- Add the oil into a sizeable skillet and heat over medium heat. Add the ancho chilies, morita chilies, and chili de arbol into the skilled and turn reduce the heat low. Fry the chilies while stirring until they are puffed all over. This should take around 8 minutes. Transfer the fried chilies using a slotted spoon into a bowl.
- Add the garlic to the skilled and cook over low heat. Stir continuously for about 4 minutes or until toasted, dry and the cloves develop a golden brown color. Using the slotted spoon, transfer the garlic into the bowl containing the chilies.
- Add the sesame seeds and peanuts into the oil and fry until they develop a very light gold color. This should take around 5 minutes.
- Add the sugar and vinegar. Allow the vinegar around a minute for it to completely evaporate before you turn off the heat.
- Add the garlic and chilies back to the skillet and stir well to combine. Let the mixture cool in the pan for about 15 minutes.
- Transfer the cooled mixture into a food processor. Blend the mixture until the chilies and nuts are finely chopped. Careful not to blend until the mixture develops into a paste.
- Season with salt to taste.
- Use immediately. You can keep the salsa in airtight jars for up to a month under refrigeration. This recipe will yield 3 cups of salsa macha.
For the ribs
- Score the beef ribs by cutting them at quarter inch intervals one way and the other way across like you are marking them with the hash (#) symbol.
- Season the beef ribs generously with the garlic salt and pepper. Ensure the coating is even on all sides of the ribs.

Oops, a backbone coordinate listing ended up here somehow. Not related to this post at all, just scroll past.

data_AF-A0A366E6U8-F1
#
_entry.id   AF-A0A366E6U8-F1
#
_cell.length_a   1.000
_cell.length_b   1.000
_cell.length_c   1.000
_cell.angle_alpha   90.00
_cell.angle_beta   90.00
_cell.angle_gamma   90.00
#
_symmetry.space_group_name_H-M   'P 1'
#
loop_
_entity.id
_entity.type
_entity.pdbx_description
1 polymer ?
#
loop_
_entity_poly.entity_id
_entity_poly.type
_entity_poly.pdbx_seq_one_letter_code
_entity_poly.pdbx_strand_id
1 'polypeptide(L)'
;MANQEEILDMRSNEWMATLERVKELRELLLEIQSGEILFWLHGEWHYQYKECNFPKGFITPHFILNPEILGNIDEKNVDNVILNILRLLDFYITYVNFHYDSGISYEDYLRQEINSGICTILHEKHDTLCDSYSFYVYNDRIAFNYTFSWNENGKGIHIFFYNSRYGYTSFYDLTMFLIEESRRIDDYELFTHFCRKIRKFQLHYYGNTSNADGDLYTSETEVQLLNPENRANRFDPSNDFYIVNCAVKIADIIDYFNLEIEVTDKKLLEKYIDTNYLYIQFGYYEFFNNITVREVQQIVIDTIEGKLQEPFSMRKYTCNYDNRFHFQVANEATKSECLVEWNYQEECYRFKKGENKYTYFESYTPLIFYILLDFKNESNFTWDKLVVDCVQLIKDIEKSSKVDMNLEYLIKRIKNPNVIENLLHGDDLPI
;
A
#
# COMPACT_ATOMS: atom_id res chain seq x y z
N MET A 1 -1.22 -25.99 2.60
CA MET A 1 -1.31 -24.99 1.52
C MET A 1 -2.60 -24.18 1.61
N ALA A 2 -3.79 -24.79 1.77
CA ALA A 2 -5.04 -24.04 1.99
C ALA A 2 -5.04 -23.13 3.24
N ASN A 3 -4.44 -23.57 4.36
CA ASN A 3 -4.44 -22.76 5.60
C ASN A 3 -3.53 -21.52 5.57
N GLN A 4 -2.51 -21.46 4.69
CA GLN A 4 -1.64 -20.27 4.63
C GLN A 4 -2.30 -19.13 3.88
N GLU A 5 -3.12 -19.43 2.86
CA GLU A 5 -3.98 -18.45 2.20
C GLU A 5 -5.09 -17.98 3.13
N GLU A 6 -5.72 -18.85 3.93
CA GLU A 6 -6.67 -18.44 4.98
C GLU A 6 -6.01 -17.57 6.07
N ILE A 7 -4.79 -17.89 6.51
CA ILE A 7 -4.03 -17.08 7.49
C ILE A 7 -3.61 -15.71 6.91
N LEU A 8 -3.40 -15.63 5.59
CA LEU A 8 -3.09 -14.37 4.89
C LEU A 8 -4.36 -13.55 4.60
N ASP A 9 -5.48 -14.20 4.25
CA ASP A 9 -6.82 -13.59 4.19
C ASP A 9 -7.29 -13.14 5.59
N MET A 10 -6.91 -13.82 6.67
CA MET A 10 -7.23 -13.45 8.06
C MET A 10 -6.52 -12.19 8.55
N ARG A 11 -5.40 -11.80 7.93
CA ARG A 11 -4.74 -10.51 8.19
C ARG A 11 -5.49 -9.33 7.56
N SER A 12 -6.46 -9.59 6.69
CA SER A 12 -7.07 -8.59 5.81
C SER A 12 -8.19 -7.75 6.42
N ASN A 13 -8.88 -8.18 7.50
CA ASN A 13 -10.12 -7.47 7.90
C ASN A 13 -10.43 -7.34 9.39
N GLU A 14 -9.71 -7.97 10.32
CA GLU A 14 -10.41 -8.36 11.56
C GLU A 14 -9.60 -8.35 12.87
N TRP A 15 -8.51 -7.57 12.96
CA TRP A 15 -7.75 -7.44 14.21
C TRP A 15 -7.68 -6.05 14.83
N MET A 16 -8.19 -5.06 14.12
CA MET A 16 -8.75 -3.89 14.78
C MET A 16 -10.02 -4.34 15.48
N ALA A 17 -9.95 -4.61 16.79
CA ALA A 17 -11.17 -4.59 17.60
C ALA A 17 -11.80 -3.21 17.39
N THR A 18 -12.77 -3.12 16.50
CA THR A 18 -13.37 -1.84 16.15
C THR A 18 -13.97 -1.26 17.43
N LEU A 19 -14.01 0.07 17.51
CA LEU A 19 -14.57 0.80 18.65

- Heat up the oil in a skillet over medium high heat.
- Once the oil is sufficiently hot, add about half of the ribs. Sear for 3 minutes, flip them and cook the other side for three more minutes. You want the meat to develop a deeply caramelized surface.
- Transfer the cooked ribs to a plate and then add the rest of the beef ribs to the skillet. Sear each side for three minutes before transferring to the bowl.
- Now add the salsa to the skillet, stir and simmer for 5 minutes.
- Add the cooked ribs back to the skillet.
- Reduce the heat to low and cover the skillet. Cook for 1½ hours.
- Once ready, let the ribs cool a bit before serving.
- Divide the ribs among serving plates and garnish with a sizzling of salsa macha.
How to season Costillas
When shopping for tomatillos for your salsa, got for the ones that are firm, with husks that cling tightly to the tomatillo fruit. These will have the most juice and are hardly mealy inside. Smaller tomatillos are typically more flavorful than large ones.
You can marinate the ribs for a few hours in the salsa before searing them in oil. This allows the marinade flavors to infuse deep into the meat.
Salsa macha is not traditionally a hot and spicy salsa. If you love hot salsa, you feel free to increase the heat by using hotter pepper or spicy chili flakes. The amount of heat will vary with the type of peppers you include in the ingredients.